KNIGHT: What should they be doing to help people?
WONG: They should be helping people actually get flights.
KNIGHT: So charter flights?
WONG: Well the Government can look at all the options that are available to them.
The problem people have is that there are not sufficient flights and not sufficient seats. And that is actually the big barrier for people, because both they can't get on a plane and then they don't have the cash to pay for yet another ticket or yet another ticket, as these fights are cancelled. Or these seats - they're told they can only purchase a first class seat.
You know, we're not even reaching the cap. We're not even reaching the cap of the number of Australians coming home, which says something about the Government's failure to plan for this.
So I'd urge them - you know there are a lot of families, a lot of people out there, a lot of people who are vulnerable - you really need to do something.
KNIGHT: Have some of them ignored the advice, though, that has been there, very loudly broadcast very loudly, letting know Australians who were overseas that they did need to take measures while the flights were available to get home. A lot of them ignored that advice.
WONG: Well, you know, you can't speak for everybody but I’d have to say the overwhelming number of stories and accounts that come to me, are people who really have been trying to do the right thing.
I mean, it is the case, when the Government closed the borders when this first began they told people to come home, you might recall, lots of people were stranded so eventually the Government provided some assistance, but a lot of people were stranded for a long period of time.
Now they've put in place caps which has had an effect on the airlines' behaviour - and the airlines' behaviour has not been good - which has meant we have an additional number of people who are unable to get home.
So I think it's actually working through what an announcement means and making sure there is a plan to bring Australian home. And I don't think that was done.
KNIGHT: Now I want to get your thoughts too on our relationship with China. The Foreign Ministry in China is now labelling Australia as, "infected with fear and paranoia" and I'd argue that that paranoia is warranted considering the treatment by China of Australia and Labor you've been critical of the Government's handling of the relationship. Joel Fitzgibbon - who's a regular on this show - has been saying that the Government should be far more sensitive in their dealings with China. Is that how you really deal with a country like China who frankly is bullying Australia?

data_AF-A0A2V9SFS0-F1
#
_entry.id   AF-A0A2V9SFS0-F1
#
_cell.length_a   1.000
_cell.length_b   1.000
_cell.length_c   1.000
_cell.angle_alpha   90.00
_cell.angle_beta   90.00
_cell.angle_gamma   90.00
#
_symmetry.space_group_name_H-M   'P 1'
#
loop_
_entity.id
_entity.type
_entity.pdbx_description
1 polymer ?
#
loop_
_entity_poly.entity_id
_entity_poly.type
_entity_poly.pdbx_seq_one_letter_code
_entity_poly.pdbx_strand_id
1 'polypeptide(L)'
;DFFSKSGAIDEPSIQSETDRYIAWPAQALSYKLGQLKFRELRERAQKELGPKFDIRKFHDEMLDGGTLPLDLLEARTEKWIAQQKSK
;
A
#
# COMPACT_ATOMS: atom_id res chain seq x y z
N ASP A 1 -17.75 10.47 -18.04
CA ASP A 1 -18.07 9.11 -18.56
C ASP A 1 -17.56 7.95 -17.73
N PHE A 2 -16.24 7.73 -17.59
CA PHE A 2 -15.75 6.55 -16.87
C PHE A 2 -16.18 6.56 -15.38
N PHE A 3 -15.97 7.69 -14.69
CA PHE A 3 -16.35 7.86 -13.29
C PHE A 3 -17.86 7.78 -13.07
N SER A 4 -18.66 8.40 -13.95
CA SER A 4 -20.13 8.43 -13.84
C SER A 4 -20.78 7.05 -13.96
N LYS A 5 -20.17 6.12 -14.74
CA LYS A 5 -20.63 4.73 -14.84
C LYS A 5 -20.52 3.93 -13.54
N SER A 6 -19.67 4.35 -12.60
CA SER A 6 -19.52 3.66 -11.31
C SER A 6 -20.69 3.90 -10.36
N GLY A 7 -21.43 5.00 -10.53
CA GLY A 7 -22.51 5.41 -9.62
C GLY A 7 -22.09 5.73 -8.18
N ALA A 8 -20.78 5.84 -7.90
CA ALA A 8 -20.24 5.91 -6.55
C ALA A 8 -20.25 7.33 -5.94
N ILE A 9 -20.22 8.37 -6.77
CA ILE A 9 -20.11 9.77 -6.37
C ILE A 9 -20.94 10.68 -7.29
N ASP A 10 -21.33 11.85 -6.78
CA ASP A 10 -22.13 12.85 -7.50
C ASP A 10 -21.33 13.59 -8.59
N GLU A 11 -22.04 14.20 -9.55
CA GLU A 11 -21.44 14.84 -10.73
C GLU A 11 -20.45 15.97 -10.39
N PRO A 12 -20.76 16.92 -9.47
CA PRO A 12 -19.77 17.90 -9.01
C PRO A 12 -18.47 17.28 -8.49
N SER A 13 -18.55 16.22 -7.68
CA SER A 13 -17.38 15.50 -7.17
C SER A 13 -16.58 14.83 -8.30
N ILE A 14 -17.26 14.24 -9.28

WONG: I'd make a few points. The first is I don't accept the Foreign Ministry's language. I don't think it is accurate. And I don't think it is helpful. So I want to make that very clear. The second point I'd make is that Australia always has to, and always will – whoever is in government - assert our interest, our national interests and our values.
KNIGHT: So you're in lockstep with the Government?
WONG: Well, as a principle we have to be clear with all countries including China.
We do want a productive relationship with you and a productive relationship is one in which Australian interests and values are respected.
KNIGHT: So is Joel Fitzgibbon right in saying that we need to be more sensitive?
WONG: I think you always have to think about how you manage difference, and the unfortunate fact is that there are differences, which have become quite clear and clearer over time in terms of our interests, Australia's interests and China's interests.
And so part of our challenge through this period, and ahead, is to work through how we manage those differences in a way that is productive.
KNIGHT: What does that mean, I mean China is not, it's a) not returning the phone calls or contact with the Trade Minister or with the Foreign Minister and that's a fact. And if China is you know coming out saying that we are infected with fear and paranoia, and if the, you know, the mouthpiece of the Chinese Government, the Global Times is saying that we're nervous birds and that we're, you know, gum on the bottom of the shoe of China, I mean, that language is pretty clear. How do we handle that?
WONG: Well the first thing we do is what I've just done. I think we say we do not believe that language is accurate and we do not believe that language is helpful.
KNIGHT: Is that enough?
WONG: Well I don't think we move away from our views.
I mean, there are differences on certain issues. We have differences of views in terms of human rights. We have differences of views in terms of the national security legislation in Hong Kong. We have a different view about the South China Sea.
And neither party of government will step away from those in the face of language, such as the language you've just repeated to me and neither party of government will step away from those positions in the face of suggestions that there is going to be some economic coercion.
KNIGHT: So then when they bring down those trade sanctions, when they punish Australia, when they punish our barley growers, our beef farmers, our wine producers with direct trade sanctions. I mean just being sensitive to the differences. I mean, we've got to surely do more there when we're being hurt?
WONG: Well I'm not pretending, Deb, that this is easy. We have the dilemma of our largest trading partner, having a very clear, a different set of interests and views on issues that we cannot shift on.
And, you know, we have to work through that as a community, and as a Parliament and the government of the day has to work through that.
But what I would say is, and I'd make this clear again publicly, including in response to those comments from the Foreign Ministry; no amount of those behaviours is going to shift either party of government, in terms of asserting Australia's interests.
We will do so clearly. We will do so respectfully. But we will not be shifting on things we regard as central to who we are, and our interests.
KNIGHT: Alright, Penny Wong, we thank you for your time this afternoon.
WONG: Good to speak with you.
Authorised by Paul Erickson, ALP, Canberra.